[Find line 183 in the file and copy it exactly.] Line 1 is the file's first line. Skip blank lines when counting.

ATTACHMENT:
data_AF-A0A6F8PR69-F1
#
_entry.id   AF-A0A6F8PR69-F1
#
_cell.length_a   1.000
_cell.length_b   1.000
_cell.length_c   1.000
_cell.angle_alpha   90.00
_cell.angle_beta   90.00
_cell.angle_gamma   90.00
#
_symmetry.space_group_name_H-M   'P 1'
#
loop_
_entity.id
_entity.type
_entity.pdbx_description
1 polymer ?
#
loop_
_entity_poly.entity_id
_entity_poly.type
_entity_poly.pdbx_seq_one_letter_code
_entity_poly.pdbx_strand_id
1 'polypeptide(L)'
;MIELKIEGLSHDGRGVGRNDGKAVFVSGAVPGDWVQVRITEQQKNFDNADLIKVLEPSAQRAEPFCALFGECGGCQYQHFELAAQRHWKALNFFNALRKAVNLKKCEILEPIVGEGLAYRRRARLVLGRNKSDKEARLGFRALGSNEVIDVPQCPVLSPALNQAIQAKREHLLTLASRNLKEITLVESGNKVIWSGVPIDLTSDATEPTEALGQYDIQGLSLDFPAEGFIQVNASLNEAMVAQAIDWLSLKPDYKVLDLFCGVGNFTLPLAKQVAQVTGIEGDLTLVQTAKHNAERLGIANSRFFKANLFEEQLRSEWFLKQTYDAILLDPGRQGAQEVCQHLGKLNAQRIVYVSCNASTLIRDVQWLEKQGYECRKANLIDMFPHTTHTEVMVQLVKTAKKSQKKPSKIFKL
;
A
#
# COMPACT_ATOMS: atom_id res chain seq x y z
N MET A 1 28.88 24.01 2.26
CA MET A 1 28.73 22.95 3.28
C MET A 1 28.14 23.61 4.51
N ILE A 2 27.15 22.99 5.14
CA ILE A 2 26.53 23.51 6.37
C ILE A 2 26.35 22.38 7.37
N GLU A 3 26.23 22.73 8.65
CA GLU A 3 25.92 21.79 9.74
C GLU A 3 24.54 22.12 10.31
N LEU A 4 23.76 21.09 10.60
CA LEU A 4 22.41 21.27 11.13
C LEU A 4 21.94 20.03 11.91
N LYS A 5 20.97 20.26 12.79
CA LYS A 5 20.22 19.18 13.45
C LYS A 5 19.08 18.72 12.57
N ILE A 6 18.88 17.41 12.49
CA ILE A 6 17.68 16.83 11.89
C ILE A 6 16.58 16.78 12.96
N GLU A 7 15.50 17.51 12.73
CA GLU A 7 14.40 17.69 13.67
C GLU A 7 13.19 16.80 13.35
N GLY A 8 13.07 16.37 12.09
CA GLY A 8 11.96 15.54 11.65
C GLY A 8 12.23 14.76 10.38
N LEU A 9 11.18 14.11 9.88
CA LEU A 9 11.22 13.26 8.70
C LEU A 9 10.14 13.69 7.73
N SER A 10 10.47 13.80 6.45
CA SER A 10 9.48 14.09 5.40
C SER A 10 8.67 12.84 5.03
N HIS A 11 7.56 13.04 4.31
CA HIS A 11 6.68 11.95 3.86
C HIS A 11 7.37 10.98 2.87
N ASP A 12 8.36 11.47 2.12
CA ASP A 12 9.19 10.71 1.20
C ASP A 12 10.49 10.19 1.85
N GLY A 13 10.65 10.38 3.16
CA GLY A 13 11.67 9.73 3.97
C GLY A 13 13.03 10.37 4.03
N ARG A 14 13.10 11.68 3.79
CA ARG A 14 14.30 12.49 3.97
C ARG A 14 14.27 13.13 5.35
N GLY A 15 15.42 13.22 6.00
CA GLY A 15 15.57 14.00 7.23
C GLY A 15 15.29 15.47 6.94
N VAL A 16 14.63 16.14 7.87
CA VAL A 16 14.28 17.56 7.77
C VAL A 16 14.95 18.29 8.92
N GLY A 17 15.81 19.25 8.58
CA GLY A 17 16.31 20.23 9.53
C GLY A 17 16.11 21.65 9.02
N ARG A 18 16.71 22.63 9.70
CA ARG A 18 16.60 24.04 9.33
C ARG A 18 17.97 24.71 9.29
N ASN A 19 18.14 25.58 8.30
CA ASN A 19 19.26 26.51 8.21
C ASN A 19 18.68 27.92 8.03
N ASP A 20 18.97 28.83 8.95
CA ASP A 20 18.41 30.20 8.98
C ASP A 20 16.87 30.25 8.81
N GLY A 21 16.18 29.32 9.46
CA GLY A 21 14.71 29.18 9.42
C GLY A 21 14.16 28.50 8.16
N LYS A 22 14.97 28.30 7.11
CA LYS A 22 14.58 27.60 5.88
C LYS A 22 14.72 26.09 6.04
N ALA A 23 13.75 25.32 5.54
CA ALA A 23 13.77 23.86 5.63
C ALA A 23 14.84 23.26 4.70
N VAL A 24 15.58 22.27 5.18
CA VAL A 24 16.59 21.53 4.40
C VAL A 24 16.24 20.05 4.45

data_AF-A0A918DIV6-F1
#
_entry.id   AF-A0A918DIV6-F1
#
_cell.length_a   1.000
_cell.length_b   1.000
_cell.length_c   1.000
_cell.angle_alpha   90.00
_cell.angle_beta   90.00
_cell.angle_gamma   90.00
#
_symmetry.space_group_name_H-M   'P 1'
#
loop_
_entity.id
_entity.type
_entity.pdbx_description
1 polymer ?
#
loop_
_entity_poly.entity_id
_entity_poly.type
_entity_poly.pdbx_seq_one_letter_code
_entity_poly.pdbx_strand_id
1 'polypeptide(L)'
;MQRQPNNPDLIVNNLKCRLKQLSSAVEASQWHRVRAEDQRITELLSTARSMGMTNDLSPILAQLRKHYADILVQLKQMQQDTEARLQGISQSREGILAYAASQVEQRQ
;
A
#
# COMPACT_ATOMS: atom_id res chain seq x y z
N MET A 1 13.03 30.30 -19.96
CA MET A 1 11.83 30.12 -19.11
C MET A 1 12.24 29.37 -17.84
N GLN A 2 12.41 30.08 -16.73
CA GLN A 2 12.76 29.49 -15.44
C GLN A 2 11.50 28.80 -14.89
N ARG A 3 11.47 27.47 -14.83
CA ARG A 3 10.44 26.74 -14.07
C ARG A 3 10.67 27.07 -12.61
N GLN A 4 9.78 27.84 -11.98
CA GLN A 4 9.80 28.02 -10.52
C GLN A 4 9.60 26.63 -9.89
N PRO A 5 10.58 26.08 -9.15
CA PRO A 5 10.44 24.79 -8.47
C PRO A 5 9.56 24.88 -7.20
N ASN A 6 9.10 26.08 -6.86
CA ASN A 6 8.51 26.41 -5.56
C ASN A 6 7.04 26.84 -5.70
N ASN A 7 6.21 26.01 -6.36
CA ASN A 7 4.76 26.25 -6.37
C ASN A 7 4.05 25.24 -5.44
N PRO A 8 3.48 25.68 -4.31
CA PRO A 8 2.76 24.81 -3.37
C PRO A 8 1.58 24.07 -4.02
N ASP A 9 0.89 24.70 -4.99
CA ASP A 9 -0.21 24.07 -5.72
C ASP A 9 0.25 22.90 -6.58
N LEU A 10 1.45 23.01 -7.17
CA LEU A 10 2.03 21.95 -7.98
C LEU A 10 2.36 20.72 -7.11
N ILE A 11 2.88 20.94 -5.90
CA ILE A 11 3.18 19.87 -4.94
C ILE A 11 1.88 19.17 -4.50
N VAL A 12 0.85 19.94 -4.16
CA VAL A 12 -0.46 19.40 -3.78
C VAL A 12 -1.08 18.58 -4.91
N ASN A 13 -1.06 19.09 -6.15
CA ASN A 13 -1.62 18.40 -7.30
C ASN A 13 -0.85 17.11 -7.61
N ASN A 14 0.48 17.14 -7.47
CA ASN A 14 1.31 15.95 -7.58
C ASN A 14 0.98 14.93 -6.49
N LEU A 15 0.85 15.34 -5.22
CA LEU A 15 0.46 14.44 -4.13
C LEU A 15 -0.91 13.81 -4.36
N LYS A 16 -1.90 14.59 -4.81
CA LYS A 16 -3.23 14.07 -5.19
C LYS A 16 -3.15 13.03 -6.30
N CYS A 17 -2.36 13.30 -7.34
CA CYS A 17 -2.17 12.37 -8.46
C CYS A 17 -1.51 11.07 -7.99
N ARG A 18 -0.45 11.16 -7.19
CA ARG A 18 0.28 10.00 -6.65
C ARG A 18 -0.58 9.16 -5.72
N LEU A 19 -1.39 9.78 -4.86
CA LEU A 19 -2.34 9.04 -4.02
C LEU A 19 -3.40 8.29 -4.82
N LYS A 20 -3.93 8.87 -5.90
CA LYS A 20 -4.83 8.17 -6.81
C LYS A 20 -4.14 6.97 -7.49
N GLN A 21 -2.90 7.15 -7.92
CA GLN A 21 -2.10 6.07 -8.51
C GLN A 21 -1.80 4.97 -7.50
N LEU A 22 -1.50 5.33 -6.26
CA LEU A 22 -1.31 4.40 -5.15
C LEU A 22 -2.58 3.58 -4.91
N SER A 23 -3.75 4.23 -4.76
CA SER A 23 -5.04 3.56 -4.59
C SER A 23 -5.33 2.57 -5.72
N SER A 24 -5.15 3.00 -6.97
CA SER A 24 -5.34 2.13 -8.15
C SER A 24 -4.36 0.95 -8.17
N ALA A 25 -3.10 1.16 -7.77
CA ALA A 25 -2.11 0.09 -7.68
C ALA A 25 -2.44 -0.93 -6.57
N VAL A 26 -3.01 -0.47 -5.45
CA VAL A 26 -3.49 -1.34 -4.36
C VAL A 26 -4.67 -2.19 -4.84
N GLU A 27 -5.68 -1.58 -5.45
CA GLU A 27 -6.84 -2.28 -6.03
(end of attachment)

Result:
C CYS A 17 -1.51 11.07 -7.99